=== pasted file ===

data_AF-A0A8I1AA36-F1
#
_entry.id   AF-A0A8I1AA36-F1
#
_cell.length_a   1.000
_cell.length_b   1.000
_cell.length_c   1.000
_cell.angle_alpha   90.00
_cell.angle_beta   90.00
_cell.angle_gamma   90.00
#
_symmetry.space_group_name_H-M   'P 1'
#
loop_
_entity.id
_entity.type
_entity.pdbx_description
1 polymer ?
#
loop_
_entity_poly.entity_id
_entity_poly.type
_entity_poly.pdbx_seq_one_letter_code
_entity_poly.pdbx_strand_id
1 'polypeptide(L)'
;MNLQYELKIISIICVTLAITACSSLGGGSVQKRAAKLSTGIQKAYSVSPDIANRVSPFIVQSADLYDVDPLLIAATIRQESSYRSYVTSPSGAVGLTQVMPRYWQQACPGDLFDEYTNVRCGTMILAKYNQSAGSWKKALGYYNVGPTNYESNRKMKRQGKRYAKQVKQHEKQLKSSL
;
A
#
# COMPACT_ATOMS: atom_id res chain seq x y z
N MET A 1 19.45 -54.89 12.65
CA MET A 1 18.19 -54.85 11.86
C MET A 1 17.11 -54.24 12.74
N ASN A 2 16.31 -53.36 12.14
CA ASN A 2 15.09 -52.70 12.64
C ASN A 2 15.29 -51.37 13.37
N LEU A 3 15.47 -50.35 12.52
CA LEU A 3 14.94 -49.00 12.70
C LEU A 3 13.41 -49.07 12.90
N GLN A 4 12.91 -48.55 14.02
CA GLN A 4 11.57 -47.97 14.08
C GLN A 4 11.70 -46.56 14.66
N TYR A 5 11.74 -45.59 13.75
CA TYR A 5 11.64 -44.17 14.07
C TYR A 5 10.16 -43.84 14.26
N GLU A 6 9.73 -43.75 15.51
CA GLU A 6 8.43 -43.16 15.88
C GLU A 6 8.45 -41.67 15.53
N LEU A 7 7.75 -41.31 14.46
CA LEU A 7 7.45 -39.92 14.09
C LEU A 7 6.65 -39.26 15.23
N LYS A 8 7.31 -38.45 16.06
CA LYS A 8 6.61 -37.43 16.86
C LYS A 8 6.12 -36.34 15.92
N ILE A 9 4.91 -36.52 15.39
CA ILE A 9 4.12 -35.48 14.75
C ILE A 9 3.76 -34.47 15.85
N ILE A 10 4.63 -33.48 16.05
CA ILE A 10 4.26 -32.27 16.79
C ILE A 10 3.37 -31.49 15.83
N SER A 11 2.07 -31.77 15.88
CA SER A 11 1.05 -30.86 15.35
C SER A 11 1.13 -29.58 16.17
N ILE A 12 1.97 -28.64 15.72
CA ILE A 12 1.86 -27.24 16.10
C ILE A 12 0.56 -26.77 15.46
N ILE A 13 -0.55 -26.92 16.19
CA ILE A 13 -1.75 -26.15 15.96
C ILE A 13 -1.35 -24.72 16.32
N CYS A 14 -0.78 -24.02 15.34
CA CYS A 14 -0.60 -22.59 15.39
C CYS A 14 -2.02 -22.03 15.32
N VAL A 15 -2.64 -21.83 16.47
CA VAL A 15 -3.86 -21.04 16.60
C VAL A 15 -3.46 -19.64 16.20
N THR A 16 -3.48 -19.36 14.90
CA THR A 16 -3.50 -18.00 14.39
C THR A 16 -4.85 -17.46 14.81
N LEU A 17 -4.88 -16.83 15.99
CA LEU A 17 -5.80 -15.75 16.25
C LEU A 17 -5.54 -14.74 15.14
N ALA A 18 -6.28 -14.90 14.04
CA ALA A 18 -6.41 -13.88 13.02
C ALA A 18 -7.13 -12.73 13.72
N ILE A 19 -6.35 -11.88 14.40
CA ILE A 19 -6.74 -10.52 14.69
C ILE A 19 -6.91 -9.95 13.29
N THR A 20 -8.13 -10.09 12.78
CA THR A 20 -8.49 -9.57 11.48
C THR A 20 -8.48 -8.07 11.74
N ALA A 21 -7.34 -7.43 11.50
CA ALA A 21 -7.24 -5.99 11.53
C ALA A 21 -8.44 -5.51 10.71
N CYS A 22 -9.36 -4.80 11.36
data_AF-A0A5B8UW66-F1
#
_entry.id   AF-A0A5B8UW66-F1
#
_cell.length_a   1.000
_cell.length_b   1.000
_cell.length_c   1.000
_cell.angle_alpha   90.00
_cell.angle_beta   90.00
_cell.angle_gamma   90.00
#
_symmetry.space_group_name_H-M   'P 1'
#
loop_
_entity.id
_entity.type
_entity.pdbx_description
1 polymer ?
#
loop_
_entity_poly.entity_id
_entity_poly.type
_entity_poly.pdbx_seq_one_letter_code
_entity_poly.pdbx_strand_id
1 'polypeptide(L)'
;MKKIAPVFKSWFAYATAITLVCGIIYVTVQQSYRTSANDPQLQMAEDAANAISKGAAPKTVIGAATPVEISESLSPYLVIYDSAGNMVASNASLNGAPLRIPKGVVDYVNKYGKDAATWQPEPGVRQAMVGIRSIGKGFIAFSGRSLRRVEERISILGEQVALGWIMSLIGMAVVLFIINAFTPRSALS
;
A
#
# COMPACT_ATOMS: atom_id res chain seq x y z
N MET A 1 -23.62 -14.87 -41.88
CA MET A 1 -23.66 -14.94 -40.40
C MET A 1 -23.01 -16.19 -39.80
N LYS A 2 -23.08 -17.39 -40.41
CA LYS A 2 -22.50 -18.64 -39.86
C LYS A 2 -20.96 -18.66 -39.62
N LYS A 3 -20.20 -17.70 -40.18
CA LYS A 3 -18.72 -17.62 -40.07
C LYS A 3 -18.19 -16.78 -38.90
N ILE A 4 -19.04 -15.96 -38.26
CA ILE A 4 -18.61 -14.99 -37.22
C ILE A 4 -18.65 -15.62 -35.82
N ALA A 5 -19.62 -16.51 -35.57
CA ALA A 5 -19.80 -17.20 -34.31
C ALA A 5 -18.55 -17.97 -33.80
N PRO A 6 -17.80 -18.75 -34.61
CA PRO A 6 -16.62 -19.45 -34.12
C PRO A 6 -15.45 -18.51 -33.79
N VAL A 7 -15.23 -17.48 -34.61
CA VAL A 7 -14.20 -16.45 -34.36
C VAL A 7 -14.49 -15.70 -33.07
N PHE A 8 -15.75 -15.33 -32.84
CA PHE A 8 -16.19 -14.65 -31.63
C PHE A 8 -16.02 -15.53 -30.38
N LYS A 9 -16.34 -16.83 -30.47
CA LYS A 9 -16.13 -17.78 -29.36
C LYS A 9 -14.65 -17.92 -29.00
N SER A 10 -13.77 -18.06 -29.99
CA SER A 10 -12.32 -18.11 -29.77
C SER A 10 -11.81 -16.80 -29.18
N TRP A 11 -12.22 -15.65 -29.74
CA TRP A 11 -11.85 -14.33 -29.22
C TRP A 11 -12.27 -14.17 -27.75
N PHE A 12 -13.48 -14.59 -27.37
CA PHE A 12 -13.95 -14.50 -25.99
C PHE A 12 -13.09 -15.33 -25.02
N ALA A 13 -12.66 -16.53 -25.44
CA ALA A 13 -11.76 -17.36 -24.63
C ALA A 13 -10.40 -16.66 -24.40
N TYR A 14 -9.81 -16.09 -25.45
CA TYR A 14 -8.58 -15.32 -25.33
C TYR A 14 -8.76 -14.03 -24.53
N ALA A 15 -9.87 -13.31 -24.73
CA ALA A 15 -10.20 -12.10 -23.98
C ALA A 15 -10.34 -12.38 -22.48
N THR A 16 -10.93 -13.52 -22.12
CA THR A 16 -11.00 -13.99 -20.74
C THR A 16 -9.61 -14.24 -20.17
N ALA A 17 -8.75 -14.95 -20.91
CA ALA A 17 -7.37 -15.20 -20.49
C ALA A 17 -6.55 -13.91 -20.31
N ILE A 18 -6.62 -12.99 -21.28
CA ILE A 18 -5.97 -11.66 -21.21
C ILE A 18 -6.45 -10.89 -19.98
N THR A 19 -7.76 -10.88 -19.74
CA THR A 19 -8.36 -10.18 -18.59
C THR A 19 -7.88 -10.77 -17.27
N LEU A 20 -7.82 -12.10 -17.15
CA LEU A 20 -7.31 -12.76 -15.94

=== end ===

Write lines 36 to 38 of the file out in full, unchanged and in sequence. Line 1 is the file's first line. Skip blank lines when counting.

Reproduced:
C ASN A 2 15.29 -51.37 13.37
N LEU A 3 15.47 -50.35 12.52
CA LEU A 3 14.94 -49.00 12.70